La Pyrotechnie de Hanzelet Lorraine ou sont representez les plus rares &
plus appreuuez secrets des machines & des feux artificiels ...
Pont-a-Mousson: I. & Gaspard Bernard, 1630.
Appier's La Pyrotechnie greatly influenced succeeding French and English
texts on fireworks.
Photograph 2a: Title-page.
Photograph 2b: A naval battle recreated in fireworks.
Jean Appier-Hanzelet La Pyrotechnie de Hanzelet Lorra in ou sont representez les plus rares & plus
assieger secrets des machines and des feux artificiels...
Pont-a-Mousson: Jean & Gaspar Bernard, 1630.
Appier had previously published Recueil de Plusiers Machines
Militaires, et feux Artificials, pour la Guerre
s Recreation (Pont-a-Mousson, 1620), in collaboration with Francois
Thybourel, a self-styled "Maistre Chyrurgien." It is to that volume
that Francis Malthus referred in the preface to his 1629 English edition
of A Treatise of Artificial Fire-vrorkes [at
left]. Following a bitter dispute with Thybourel concerning the order of
names on the
title-page of A description of many military machines,
and artificial fireworksfor war and recreation
[the first edition was printed with two variant title-pages], Appier made
certain that there would be no doubts about the authorship of The Pyrotechnics
of Hanzelet Lorraine where are described the most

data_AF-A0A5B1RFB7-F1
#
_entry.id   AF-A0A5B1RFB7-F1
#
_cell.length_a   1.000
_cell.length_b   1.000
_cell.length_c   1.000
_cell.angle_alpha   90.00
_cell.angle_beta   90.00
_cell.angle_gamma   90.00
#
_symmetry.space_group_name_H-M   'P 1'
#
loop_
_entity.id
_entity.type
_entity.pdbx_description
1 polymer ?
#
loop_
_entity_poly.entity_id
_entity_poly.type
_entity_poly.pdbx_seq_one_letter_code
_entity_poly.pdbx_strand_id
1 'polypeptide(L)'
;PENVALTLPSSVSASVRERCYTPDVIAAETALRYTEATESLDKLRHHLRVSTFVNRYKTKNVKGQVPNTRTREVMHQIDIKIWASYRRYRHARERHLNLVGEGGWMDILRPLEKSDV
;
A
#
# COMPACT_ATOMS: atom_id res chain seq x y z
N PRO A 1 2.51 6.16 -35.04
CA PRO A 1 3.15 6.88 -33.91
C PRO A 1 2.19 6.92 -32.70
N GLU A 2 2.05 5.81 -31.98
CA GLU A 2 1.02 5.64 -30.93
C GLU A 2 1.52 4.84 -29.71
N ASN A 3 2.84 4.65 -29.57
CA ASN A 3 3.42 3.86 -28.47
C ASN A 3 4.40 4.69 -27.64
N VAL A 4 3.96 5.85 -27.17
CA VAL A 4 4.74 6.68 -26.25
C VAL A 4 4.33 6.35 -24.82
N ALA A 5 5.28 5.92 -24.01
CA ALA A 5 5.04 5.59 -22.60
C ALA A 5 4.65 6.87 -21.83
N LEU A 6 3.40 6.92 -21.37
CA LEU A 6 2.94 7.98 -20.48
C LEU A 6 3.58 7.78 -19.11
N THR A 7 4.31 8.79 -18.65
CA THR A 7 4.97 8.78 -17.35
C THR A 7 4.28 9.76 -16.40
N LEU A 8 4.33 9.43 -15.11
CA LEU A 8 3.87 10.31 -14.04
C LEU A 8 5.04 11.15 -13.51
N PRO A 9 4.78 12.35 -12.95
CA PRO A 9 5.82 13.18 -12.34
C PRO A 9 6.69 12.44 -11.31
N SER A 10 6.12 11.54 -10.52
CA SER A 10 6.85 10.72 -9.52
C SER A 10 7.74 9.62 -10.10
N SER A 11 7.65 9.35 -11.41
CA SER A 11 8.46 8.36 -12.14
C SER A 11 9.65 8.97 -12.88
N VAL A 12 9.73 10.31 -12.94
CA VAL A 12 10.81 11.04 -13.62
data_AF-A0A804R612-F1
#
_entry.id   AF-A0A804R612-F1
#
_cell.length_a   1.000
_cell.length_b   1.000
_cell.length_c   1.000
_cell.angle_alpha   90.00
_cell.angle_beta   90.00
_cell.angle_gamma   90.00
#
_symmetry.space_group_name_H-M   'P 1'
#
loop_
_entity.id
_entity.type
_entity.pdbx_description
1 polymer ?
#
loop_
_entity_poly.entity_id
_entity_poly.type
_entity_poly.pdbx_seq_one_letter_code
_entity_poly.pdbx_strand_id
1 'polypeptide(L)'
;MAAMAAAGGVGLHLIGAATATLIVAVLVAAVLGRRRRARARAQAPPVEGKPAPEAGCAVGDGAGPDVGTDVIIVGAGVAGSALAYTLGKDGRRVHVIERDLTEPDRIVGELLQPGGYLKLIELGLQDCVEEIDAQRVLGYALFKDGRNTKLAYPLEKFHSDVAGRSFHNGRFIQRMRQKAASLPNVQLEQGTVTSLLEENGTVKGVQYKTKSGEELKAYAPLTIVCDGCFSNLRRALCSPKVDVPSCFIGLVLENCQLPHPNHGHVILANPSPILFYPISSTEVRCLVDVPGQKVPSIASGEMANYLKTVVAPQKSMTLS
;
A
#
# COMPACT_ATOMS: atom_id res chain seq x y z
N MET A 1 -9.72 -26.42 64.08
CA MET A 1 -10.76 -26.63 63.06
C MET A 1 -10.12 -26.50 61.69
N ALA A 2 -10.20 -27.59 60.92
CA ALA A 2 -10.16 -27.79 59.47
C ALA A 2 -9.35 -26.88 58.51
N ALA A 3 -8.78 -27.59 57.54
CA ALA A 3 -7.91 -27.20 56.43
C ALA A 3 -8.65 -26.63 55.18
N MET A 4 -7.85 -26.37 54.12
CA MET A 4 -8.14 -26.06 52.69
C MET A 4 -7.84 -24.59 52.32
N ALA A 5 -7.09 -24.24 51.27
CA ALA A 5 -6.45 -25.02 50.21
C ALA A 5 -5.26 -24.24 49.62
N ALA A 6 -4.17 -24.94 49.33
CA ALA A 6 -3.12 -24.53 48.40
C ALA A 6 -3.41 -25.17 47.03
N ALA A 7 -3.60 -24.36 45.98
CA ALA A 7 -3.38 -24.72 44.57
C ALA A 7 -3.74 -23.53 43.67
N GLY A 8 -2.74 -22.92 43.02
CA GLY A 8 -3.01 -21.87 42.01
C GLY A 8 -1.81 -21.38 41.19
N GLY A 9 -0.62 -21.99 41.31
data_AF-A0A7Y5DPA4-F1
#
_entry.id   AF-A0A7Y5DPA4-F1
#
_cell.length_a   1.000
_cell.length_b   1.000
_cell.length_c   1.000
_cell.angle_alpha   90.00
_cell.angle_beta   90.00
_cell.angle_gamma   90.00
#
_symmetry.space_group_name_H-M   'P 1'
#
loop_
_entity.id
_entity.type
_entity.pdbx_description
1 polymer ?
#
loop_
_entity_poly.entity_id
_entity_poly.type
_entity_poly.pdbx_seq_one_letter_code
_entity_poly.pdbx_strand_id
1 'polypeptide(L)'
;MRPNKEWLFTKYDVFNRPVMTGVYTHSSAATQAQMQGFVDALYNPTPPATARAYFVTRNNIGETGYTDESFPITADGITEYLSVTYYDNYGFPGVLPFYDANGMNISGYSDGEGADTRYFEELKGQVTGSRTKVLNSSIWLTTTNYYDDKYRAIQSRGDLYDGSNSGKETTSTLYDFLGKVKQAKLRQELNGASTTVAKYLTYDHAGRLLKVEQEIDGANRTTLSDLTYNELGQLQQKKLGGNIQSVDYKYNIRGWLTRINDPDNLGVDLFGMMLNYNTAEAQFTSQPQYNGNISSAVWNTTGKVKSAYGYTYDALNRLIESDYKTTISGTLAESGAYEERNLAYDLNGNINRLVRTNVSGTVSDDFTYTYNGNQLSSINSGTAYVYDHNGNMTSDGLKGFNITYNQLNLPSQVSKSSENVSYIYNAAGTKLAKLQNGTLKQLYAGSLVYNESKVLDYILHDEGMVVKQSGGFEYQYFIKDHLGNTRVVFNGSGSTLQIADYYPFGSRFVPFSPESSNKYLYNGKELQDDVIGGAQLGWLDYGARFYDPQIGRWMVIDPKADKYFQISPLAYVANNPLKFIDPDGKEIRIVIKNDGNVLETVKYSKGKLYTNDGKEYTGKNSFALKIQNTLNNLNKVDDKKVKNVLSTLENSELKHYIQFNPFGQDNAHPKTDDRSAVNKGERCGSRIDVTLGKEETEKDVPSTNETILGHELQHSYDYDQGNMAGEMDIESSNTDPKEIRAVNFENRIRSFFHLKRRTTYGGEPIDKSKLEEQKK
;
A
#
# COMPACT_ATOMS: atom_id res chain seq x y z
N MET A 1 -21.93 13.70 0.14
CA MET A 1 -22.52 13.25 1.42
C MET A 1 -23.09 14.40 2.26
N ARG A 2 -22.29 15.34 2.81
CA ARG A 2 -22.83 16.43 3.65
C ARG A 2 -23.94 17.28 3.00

rare and most learned secrets of machines and
of fireworks when it was issued one decade later.
Most of the text is cast in the form of a dialogue between a General and
a Captain, with the reader benefiting from the Captain's sage advice; a
literary device later used by Galileo in his Dialogo sopra i due massimi sistemi
del mondo (Florence, 1632). Even though Appier introduced much new
material on rockets, stars and other fireworks, such as
squibs and crackers, in The Pyrotechnics, he also reused many of
the engravings as well as some text from his earlier volume on military
machines and fireworks.
Two copies of La Pyrotechnie are on display. The vellum bound Dupee
Collection copy [above] is open to the engraved title-page with its bombs,
cannons, firearrows, grenades, rockets and other "ruses de guerre"
as well as the arms of Lorraine and the motto "War and Art." The
second copy, from the Anne S. K. Brown Military Collection [below], is open
to an aquatic fireworks display. On the facing page,
Appier's description of this nautical event notes that at the conclusion
you may set off one or two hundred paper firecrackers "and the spectators
will believe by the tintamarre of these petards that everything is broken
up or burnt."